Hi, how are you doing? Today’s subject is Akari (lamps), which is an indispensable illumination in the world otherwise we can’t do anything in the pitch darkness.
On the way home from a hard-day work, when the light of our house can be seen, our heart relaxes. In other words, Akari (light) is a symbol of family happiness.
What’s Akari (lamps) in olden times?
It is 120 years since incandescent light bulb appeared. Fluorescent lamp is 60 years.
And it is LED (Light-Emitting Diode) lighting that has emerged as a protagonist as modern lighting.
The latest and most advanced LED lighting that has nice features such as energy-saving and long life span.
Thanks to the LED lighting we can enjoy living pleasantly and economically.
But from now, we date back to the old days to talk about the lightings or lamps.
First, the hallmark of tradtional Japanese lamps is that they illuminate the room ever so softly.
One type of lighting equipment used indoors is called andon. It consists of a wooden fremework covered with Japanese paper surrounding a tray of oil.
Typically, plant oils are used as fuel. A cotton or rush wick carries the flame.
Lamps of this kind have many ingenious features, for instance, this one has a lampshade that can be slid open, allowing the brightness to be adjusted.
This one is a reading lamp. A round hole in the frame has a convex lens fitted into it. By exploiting the way a convex lens concentrates rays of light, the lamp provides enough light to read by.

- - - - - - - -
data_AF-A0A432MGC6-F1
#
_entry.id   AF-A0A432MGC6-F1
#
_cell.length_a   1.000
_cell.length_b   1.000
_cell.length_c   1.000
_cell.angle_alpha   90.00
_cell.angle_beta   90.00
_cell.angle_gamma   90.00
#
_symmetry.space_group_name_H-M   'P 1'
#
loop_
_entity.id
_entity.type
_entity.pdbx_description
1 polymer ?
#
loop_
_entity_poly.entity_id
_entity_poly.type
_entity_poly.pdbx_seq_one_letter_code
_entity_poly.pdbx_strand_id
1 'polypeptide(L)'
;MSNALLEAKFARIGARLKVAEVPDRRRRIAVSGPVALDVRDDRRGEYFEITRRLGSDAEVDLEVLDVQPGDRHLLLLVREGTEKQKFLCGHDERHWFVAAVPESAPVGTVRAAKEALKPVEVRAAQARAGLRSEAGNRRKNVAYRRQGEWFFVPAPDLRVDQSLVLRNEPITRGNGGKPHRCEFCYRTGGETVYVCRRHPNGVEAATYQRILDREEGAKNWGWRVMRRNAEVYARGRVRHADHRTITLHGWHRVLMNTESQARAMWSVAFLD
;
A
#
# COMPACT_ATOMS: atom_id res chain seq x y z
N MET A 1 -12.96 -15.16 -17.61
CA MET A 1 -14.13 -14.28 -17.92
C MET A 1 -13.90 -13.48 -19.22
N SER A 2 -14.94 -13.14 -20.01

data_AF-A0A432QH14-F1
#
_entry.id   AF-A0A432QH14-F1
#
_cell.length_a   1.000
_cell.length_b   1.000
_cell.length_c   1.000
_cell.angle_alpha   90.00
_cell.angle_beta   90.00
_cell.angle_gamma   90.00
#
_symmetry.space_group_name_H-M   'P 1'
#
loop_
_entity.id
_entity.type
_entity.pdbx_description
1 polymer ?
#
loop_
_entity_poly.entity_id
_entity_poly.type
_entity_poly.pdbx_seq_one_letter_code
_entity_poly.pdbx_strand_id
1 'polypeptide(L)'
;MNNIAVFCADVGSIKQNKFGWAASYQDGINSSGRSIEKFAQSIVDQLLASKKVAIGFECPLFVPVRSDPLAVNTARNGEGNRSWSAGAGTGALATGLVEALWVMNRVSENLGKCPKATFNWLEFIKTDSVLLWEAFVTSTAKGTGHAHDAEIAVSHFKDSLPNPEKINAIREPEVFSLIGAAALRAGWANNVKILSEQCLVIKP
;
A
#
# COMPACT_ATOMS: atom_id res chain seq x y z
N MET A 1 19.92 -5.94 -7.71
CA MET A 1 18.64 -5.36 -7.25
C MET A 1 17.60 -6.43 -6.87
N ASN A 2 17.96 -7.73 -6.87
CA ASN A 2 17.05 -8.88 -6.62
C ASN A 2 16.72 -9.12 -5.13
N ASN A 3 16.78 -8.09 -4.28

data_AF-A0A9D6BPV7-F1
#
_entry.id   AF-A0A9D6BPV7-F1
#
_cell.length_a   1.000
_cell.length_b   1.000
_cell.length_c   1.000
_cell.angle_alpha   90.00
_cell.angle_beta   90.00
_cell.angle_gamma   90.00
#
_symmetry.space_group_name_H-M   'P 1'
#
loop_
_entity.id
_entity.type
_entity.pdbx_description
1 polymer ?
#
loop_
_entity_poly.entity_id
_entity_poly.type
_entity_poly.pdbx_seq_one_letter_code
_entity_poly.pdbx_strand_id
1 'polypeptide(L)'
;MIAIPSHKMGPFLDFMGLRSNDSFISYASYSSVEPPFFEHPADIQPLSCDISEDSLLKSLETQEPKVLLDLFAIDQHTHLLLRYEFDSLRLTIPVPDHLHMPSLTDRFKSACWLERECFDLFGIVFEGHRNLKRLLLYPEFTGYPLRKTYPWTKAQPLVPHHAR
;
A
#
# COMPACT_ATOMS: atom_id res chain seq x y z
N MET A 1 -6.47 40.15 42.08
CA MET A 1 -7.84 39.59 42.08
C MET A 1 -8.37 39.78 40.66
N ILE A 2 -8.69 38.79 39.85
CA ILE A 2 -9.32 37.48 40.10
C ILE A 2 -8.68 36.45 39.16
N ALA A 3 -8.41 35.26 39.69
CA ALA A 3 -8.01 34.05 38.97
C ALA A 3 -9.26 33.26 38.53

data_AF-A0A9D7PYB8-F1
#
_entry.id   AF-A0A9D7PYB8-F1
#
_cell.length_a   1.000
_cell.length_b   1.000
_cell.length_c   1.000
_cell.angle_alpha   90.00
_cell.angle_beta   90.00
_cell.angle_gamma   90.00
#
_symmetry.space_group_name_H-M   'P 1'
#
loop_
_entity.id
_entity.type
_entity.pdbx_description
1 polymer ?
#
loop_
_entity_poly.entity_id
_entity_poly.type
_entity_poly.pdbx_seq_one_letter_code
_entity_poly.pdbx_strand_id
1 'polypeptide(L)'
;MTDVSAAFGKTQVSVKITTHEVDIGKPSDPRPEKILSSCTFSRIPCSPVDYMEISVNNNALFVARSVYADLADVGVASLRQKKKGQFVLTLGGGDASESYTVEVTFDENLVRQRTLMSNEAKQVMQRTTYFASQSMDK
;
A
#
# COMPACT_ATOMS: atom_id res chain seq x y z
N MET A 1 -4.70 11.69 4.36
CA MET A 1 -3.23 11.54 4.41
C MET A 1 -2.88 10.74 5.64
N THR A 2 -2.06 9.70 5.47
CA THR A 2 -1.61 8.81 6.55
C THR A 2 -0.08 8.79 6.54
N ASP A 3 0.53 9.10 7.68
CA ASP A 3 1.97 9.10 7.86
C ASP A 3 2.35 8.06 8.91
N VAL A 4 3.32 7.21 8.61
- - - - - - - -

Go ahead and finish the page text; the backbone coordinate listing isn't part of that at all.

In the old days, people carried chochin when they were going out. These lanterns are made by coiling split bamboo in a spiral and pasting Japanese paper on it. This design allows the lanterns to be collapsible.
Instead of a tray of oil, a candle is placed inside. This avoids the risk of spillage, making chochin easy to carry aournd.
The idea of soft indirect lighting in which Japanese paper acts as a filter can be seen in the design of traditonal Japanese houses as well.
Shoji are sliding screens covered with paper, and the’re used to separate the interior from the exterior and transform harsh direct sunlight into soft illumination.
Traditional lighting also makes a big difference to the enjoyment of a meal. This restaurant in Kyoto has been in business for 400 years. This private dining room has been in use since the restaurant was founded.
Its interior is dim, lit only by two andon lamps. There’s reason for this. It’s because this kind of lighting enhances the appearance of the food.
Today, fluorescent lights are the most common type of lighting in Japan . However, many people still have a soft spot for the warm glow of traditonal Japanese lamps.
Around on Christmas time every year, various illuminations are excessively dazzling to our eyes.